Daniel Ari Mendelson, M.D.

New geriatrician in charge of medical services at Jewish Senior Life: ‘I honestly don’t think the industry is ever going to be the same again after the pandemic’

By Chris Motola

Q: What brought you to your new position with Jewish Senior Life?
A: I went to college, medical school and residency in Rochester, so I’d been familiar with Jewish Senior Life for a long time. I got interested in geriatrics during medical school and grew that interest as resident. The doctor who got me into geriatrics, he’s since passed away, Dr. Rocco Vivenzio. Rocco was a doctor’s doctor. He was the director of two small nursing homes. I started getting medical direction right out of fellowship at one of those smaller nursing homes.

Over the years I’ve done medical direction at Highland Hospital and Monroe Community Hospital. Along that path I remained very active in the Jewish community. I was past president of our temple, and have a daughter who is a cantor, and a number of good friends who are rabbis. So it’s been a big part of my sense of community. So I was actually on the Jewish Senior Life board and a member of the quality committee. I was impressed with the work that they did, and the previous medical directors were mentors of mine. I’ve spent most of my career at the University of Rochester in leadership positions, but I wasn’t really expecting this position to come up within my time frame, but the timing turned out to be very good. My kids are done with school. The pandemic has really made me take stock of things I’d been thinking about, and it just turned out to be a really good time to make a change. A lot of my work at the university has required a lot of travel all over the world, which has been a great experience, but I’m really looking forward to spending the next part of my career focusing on my own community here at home.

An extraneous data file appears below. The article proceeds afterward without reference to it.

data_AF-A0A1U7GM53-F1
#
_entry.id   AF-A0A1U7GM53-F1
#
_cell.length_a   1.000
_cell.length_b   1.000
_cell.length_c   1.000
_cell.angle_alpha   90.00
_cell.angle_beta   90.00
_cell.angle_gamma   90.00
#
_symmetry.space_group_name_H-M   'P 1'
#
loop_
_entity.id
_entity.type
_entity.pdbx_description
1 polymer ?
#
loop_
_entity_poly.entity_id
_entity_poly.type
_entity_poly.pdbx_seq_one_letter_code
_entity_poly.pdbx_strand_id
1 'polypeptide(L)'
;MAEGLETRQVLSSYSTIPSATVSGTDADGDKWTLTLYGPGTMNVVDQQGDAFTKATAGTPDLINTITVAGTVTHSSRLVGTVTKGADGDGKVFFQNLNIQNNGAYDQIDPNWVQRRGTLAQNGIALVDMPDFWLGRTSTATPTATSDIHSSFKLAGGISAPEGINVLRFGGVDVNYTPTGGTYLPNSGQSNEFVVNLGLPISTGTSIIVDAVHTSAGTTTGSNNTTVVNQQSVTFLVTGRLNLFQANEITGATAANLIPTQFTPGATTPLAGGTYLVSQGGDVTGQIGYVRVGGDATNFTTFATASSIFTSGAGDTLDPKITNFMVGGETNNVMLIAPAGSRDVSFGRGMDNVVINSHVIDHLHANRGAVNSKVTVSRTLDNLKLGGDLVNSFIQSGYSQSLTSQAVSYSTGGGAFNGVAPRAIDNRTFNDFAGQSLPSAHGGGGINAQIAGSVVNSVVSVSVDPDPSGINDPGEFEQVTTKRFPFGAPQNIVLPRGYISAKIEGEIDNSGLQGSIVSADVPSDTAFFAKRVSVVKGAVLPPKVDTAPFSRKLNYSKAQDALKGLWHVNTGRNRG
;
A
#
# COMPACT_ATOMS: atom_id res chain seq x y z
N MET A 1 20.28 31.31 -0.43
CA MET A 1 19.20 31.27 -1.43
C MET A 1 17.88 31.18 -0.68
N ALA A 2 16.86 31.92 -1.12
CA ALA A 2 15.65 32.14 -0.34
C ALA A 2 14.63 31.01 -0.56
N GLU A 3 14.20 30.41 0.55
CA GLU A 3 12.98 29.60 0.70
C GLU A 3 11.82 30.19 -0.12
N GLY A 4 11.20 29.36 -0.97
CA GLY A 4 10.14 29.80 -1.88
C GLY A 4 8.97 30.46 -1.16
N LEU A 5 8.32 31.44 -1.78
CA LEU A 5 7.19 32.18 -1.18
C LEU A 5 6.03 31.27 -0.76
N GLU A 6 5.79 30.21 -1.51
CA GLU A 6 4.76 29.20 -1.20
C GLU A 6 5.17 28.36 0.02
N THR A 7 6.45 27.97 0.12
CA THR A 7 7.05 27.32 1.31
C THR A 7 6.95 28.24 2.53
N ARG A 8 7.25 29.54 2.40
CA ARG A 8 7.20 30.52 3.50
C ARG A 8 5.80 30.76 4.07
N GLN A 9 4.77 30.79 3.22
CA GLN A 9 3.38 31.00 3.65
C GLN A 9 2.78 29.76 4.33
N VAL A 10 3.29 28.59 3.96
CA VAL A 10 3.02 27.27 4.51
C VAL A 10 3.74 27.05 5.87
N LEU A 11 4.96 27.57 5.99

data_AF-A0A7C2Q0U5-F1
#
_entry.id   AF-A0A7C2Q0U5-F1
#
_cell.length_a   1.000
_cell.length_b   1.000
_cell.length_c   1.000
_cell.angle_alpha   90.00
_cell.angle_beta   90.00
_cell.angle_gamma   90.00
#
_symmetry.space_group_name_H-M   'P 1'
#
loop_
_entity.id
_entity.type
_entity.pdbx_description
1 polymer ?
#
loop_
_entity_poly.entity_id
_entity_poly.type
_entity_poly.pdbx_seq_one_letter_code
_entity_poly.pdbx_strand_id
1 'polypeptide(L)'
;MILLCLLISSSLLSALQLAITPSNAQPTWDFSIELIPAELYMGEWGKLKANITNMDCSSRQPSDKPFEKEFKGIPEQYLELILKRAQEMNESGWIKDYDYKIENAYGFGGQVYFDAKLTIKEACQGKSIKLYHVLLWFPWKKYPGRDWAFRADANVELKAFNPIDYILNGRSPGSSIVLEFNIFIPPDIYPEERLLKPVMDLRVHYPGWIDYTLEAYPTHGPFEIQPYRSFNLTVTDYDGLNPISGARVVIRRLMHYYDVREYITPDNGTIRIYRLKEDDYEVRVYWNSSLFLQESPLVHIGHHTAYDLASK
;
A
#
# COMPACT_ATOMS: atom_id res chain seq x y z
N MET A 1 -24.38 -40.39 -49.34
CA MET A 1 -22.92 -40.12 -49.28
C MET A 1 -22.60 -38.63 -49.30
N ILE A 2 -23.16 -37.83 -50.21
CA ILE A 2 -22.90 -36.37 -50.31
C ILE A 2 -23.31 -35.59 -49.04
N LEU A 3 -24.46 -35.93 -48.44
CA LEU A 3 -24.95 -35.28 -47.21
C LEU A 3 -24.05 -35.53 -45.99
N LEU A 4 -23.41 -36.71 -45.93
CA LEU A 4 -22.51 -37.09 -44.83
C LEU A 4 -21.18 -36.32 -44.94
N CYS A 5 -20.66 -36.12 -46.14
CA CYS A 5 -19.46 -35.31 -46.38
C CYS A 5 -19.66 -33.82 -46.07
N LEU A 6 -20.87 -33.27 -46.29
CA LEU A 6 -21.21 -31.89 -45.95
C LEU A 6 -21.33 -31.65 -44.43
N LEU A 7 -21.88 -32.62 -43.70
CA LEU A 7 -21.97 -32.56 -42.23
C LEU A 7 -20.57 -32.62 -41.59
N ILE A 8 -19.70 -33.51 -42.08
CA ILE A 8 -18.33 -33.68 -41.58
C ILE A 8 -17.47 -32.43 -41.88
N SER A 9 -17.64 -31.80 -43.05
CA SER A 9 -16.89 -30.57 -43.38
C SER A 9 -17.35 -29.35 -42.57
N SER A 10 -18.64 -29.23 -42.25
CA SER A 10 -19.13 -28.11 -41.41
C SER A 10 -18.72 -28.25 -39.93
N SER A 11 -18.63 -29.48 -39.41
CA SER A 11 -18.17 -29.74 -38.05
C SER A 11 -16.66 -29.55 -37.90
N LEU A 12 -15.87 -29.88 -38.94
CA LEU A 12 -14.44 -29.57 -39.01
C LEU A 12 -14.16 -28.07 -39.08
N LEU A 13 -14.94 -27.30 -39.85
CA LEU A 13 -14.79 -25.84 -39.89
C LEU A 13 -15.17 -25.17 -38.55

Q: Since it was a factor in your decision, how would you say Jewish values influence the position?
A: I think it’s in the Jewish values. I’m part of the reform movement, and one of our values is tikkun olam, which meaning “healing the world.” I take that very personally. Being able to make the world a little bit of a better place by helping the most vulnerable is extraordinarily rewarding and meaningful. I think my Jewish identity and Jewish values are a driving force in making those sacrifices for other people, and being present for those residents, for those patients.

Q: It’s a particularly challenging to run any medical institution, but nursing homes in particular. What kinds of impacts are your seeing?
A: There’s been no part of healthcare more impacted by COVID than long-term care. The elderly are by far the most vulnerable. While they make up a small fraction of the population, they make up a huge fraction of deaths and hospitalizations from COVID-related illness. So it’s very present and on the forefront. It’s a serious and dangerous illness for the folks we care for.

Q: How do you balance protecting their health from the virus with their social needs, especially since isolation and loneliness can be such a big issue for seniors?